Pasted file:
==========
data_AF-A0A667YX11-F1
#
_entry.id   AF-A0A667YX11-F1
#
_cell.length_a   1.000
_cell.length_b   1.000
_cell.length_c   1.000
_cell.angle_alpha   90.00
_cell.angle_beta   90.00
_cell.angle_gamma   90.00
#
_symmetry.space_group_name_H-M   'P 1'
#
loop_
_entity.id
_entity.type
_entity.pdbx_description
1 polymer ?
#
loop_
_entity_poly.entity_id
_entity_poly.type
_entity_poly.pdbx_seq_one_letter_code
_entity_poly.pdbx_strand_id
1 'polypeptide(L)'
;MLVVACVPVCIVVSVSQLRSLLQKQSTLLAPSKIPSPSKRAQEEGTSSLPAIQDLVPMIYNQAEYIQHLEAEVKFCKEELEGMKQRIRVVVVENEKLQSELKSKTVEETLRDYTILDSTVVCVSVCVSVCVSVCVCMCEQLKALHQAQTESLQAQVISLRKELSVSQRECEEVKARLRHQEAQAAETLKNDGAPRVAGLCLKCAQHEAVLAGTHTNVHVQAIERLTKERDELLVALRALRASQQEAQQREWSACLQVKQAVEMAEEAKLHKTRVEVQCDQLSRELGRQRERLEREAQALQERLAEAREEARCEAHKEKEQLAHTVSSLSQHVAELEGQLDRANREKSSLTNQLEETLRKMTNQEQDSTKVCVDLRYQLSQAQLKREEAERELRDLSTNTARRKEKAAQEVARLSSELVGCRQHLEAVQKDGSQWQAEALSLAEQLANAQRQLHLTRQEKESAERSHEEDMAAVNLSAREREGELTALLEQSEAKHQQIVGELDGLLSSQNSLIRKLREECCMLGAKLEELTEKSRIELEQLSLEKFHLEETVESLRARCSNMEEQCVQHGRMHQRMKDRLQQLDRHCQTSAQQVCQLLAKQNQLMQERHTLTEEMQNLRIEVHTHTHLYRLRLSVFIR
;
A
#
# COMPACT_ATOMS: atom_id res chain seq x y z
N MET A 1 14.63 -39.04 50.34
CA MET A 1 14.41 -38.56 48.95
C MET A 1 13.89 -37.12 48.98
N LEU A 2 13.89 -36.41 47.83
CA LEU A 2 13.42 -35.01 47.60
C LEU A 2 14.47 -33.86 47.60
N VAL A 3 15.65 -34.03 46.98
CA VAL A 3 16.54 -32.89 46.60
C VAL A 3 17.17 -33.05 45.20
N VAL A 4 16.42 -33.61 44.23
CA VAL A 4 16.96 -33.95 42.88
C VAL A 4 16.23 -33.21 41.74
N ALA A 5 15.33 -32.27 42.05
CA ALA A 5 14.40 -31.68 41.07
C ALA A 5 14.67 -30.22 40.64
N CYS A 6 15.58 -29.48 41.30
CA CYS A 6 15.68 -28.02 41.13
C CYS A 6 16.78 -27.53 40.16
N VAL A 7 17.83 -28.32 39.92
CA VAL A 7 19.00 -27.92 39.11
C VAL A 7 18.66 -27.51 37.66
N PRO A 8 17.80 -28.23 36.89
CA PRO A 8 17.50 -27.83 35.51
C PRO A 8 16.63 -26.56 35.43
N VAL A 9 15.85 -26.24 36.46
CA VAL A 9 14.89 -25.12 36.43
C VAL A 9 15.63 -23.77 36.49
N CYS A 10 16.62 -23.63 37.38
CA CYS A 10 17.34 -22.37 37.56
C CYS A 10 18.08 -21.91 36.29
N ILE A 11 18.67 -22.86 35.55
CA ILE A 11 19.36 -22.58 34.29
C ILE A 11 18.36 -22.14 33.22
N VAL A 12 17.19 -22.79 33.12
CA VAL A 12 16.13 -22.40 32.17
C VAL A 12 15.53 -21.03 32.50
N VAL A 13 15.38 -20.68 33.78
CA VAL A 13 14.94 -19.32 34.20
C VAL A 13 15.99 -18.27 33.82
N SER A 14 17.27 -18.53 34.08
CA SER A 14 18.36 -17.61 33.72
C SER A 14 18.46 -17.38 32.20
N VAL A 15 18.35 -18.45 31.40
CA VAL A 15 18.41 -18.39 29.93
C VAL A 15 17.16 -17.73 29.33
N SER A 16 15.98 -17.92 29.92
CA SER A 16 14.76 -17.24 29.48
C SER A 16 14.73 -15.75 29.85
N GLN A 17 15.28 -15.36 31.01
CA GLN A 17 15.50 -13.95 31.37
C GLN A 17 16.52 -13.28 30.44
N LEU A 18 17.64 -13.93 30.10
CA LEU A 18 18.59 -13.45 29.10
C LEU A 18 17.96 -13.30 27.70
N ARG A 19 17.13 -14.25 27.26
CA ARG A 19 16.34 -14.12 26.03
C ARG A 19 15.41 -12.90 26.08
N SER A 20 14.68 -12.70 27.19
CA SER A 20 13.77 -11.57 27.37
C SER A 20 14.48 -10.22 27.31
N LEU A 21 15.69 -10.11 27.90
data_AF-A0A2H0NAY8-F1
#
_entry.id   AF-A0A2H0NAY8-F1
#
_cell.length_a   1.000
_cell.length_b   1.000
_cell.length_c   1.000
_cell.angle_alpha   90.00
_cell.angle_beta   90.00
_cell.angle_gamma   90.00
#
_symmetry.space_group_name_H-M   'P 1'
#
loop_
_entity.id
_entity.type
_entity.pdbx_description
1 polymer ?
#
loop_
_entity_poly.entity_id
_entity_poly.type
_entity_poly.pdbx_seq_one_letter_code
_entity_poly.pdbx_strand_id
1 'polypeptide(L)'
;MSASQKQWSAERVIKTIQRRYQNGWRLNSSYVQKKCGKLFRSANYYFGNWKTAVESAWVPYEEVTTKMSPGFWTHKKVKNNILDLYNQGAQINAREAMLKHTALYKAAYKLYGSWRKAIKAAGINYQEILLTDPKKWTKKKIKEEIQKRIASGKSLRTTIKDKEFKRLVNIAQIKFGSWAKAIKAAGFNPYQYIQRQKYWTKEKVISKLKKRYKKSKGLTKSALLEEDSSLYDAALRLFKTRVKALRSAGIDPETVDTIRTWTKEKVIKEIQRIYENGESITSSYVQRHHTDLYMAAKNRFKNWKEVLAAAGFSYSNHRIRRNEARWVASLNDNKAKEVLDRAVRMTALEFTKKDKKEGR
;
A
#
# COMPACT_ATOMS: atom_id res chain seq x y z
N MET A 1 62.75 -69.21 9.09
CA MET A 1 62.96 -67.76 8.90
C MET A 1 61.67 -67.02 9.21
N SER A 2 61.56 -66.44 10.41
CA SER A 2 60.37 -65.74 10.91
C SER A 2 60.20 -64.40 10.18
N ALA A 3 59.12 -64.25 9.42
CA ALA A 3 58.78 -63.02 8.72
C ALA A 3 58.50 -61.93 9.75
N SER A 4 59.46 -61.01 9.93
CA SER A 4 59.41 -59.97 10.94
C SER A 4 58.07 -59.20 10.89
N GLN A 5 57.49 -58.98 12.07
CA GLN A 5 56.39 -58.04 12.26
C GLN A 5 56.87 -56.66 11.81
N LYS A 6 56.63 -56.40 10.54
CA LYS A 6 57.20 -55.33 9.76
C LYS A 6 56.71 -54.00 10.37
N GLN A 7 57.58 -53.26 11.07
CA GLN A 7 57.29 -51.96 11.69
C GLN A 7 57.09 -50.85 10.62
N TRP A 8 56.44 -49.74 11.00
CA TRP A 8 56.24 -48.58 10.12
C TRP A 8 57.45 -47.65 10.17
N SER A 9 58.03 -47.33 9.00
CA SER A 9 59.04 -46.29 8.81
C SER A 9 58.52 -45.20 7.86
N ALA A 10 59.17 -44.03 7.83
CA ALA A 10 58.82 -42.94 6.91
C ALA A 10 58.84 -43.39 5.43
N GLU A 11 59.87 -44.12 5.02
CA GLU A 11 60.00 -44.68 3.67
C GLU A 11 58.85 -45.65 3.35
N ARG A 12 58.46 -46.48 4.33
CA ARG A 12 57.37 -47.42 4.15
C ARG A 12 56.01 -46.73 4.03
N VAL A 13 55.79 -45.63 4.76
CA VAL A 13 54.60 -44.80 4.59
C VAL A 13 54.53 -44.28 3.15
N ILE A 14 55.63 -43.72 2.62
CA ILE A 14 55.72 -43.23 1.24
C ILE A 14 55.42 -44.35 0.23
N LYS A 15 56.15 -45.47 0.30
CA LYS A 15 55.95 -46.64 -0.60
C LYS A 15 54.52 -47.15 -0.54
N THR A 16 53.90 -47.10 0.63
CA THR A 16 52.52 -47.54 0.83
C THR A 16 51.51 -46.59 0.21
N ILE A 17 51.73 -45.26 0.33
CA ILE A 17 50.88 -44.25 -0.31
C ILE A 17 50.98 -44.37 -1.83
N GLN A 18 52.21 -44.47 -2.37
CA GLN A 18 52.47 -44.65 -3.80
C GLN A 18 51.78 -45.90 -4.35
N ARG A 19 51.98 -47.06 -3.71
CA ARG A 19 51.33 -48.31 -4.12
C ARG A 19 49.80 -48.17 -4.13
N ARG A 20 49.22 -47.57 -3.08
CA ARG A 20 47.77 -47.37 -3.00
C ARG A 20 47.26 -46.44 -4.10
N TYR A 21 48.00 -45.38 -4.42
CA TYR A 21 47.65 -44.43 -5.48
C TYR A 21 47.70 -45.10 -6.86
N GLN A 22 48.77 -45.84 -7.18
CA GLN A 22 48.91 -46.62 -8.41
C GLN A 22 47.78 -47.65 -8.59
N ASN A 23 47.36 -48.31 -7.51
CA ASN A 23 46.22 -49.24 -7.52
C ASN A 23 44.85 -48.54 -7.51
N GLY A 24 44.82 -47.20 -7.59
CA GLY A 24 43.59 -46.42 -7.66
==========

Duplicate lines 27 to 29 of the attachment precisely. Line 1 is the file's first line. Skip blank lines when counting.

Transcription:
;
A
#